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This Week in Home Video: ‘The Immigrant,’ ‘A Most Violent Year’

This Week in Home Video: 'The Immigrant,' 'A Most Violent Year'

It’s a slow week for new
DVD and Blu-Ray releases, but there are a few gems here and there. First and
foremost is the Blu-Ray release of James Gray’s “The Immigrant,” one of last
year’s best films, in the director’s cut that, Gray told Hammer to Nail’s Michael Tully, was responsible for the film getting a lackluster theatrical release and long-delayed home video release. (Harvey Weinstein doesn’t like directors who don’t take notes.) A gorgeous melodrama that recalls the best of Roberto Rossellini
and Francis Ford Coppola, the film features a career-best performance from
Marion Cotillard as an immigrant woman coerced into prostitution; Cotillard
displays deep shame, resilience and pride all at once, preventing her character
from ever falling into rote victim territory, and her co-stars Joaquin Phoenix
(as her pathetic, lovesick pimp) and Jeremy Renner (as his scoundrel cousin)
are equally strong.

Also on Blu this week is
J.C. Chandor’s Lumet-esque crime drama “A Most Violent Year,” which features a
terrific slow-burning performance from Oscar Isaac that’s earned comparisons to
early Al Pacino. Ryan Reynolds stars in “The Voices,” a nutzoid black comedy
about a serial killer convinced by his pets to murdr. Either is a better bet
than “Home Sweet Hell,” in which Katharine Heigl and Patrick Wilson try to turn
in a darkly comic portrayal of marriage but end up in ugly, misogynistic
territory. 

On the classic front,
Universal has a release of both the 1934 and 1959 versions of “Imitation of
Life” on one disc; the latter is one of Douglas Sirk’s finest melodramas.
Universal also has new discs of the sci-fi classics “Silent Running” and
“Journey to the Far Side of the Sun.” Shout Factory has Blus of both Jim
McBride’s underrated, Richard Gere-starring 1983 remake of “Breathless” and the
Robert Mitchum-smuggling-moonshine thriller “Thunder Road,” while their sister
label Scream Factory has a release of Tobe Hooper’s “Invaders from Mars.”
Warner Bros. has a pair of Burt Reynolds movies (“Hooper” and “Sharky’s
Machine”) and three rock-and-roll
centric comedies (“Empire Records,” “Detroit Rock City” and Cameron Crowe’s
“Singles”). Finally, Anchor Bay is releasing a Blu-Ray of “For the Boys,” a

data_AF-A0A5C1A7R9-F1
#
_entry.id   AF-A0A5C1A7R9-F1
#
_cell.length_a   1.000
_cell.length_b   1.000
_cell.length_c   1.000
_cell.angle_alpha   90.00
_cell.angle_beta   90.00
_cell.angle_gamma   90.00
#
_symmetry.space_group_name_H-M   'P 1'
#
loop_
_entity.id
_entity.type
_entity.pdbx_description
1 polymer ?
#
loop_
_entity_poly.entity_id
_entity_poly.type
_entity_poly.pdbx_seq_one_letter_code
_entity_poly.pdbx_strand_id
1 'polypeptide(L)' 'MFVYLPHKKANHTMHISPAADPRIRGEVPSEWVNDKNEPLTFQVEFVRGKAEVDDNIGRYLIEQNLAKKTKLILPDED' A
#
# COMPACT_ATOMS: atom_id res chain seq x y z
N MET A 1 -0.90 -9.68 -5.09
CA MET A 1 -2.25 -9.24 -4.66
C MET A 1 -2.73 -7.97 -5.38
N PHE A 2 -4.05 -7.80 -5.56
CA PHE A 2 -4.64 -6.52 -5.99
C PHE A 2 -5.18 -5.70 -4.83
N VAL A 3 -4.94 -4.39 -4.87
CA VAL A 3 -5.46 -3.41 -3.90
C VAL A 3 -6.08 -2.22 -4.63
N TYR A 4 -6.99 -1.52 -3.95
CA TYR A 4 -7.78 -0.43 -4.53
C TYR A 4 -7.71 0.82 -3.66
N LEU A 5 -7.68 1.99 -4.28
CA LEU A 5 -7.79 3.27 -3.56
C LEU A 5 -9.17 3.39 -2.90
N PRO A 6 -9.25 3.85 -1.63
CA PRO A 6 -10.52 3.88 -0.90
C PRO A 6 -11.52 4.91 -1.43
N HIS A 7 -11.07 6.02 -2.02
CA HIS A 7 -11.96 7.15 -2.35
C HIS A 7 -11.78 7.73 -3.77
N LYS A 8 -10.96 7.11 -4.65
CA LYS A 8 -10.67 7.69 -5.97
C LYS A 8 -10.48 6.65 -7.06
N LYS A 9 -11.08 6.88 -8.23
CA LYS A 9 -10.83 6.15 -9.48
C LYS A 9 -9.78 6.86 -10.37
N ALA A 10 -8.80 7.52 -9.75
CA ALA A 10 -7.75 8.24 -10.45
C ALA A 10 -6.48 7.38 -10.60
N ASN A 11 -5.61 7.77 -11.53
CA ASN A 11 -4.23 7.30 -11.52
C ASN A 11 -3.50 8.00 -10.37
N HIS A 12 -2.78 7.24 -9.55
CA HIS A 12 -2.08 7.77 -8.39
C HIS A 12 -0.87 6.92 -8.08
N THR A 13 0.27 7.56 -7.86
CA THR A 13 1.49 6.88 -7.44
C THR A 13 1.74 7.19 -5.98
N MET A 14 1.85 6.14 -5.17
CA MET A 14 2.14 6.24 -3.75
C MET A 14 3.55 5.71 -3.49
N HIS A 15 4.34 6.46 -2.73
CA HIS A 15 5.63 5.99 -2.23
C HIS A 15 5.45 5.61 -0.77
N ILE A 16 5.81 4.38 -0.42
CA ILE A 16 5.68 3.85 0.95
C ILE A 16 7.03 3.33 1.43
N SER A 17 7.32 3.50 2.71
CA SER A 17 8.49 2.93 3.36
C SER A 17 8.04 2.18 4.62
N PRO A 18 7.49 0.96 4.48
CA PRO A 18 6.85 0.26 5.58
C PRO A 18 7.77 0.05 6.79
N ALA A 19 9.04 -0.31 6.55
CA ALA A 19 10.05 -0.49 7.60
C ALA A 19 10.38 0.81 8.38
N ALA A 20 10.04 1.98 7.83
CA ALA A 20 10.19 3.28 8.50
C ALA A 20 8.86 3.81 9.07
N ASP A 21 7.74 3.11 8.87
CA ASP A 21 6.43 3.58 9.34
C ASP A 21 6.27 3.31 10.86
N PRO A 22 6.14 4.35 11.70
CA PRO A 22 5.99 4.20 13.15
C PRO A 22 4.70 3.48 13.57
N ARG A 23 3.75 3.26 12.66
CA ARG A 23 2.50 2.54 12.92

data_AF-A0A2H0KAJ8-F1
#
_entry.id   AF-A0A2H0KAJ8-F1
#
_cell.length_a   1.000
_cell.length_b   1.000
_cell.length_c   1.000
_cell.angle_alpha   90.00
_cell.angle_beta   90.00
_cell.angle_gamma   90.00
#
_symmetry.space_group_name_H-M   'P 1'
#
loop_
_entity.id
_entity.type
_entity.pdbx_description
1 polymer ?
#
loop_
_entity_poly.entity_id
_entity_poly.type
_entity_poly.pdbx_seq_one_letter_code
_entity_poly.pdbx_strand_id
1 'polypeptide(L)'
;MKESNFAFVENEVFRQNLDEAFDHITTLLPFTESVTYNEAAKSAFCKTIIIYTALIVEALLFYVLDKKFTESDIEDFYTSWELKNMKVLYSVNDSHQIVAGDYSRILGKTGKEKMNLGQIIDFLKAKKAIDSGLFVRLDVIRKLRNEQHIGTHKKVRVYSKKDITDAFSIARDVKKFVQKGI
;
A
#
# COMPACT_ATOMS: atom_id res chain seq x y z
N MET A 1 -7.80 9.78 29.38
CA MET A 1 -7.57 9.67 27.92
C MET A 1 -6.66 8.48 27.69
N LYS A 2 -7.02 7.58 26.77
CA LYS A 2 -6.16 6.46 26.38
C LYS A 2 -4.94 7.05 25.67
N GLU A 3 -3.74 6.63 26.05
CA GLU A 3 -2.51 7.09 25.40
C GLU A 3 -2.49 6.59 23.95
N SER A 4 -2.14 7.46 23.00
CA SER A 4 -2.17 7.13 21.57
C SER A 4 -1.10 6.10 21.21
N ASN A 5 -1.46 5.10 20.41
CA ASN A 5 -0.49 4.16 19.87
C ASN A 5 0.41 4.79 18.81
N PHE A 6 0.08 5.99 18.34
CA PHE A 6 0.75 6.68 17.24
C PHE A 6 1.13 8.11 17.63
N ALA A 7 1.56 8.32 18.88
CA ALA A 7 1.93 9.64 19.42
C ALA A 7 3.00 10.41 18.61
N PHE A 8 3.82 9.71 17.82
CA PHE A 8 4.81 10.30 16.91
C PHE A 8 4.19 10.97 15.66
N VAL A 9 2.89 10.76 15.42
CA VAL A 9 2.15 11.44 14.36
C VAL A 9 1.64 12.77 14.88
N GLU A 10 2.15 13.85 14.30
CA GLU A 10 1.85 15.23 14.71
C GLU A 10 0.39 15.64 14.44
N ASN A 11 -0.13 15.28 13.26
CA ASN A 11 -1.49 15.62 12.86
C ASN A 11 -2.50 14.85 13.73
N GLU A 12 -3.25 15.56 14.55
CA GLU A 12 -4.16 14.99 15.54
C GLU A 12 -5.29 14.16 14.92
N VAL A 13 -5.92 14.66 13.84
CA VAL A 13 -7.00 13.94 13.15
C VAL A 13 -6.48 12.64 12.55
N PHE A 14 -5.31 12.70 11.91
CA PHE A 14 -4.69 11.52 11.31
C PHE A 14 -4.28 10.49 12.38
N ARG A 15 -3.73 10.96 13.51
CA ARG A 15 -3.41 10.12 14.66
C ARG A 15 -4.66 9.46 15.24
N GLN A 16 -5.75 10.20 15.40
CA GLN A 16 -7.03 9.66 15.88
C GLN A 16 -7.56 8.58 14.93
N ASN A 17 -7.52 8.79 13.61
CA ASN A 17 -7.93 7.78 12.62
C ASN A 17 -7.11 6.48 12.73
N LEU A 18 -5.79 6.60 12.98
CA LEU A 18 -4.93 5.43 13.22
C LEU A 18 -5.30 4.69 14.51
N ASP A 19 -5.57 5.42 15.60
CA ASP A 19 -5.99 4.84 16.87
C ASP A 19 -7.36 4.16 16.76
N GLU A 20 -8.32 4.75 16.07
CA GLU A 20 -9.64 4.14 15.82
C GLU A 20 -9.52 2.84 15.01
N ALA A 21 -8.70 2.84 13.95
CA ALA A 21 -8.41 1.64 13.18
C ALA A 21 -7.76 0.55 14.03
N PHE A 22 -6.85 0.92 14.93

sentimental WWII-set drama about USO performers that earned Bette Midler one of
the most baffling Best Actress nominations in Oscar history (her co-nominees:
winner Jodie Foster for “The Silence of the Lambs,” Geena Davis and Susan
Sarandon in “Thelma & Louise,” and Laura Dern in “Rambling Rose”). 

More thoughts from the Criticwire Network:

“The Immigrant”

Criticwire Average: B+

Scott Tobias, The Dissolve

Gray does many small
things to bring the era to life – the burlesque routines and magic shows alone
are a marvel of period fetishism – and “The Immigrant” does more than enough to
justify its title, which suggests that Ewa’s story is one of many tales of woe
a first-generation American might tell. But what really sets “The Immigrant”
apart is how urgent it feels. Read more. 

“A Most Violent Year”

Criticwire Average: A-

Mike D’Angelo, The A.V. Club

Chandor brings this
intrigue to a marvelously slow boil, turning up the heat on Abel a degree at a
time until his principles are in a puddle at his feet. There are a couple of
exciting set pieces, including a superb chase sequence in which Abel pursues
one of the hijackers along some train tracks, but “A Most Violent Year” is
primarily interested in detailing the ways in which moral gray areas inevitably
shade into true darkness. Read more. 

“The Voices”

Criticwire Average: B+ 

Matt Prigge, Metro

“The Voices” is almost
consistently a bright colored, sarcastic and pitch-black comedy that gets a lot
of yuks from a surly cat with a Scottish accent. But there’s a sadness to it –
a melancholy in the way its characters try to eke on in discouraging surroundings
that offer little life and fun. Read
more.

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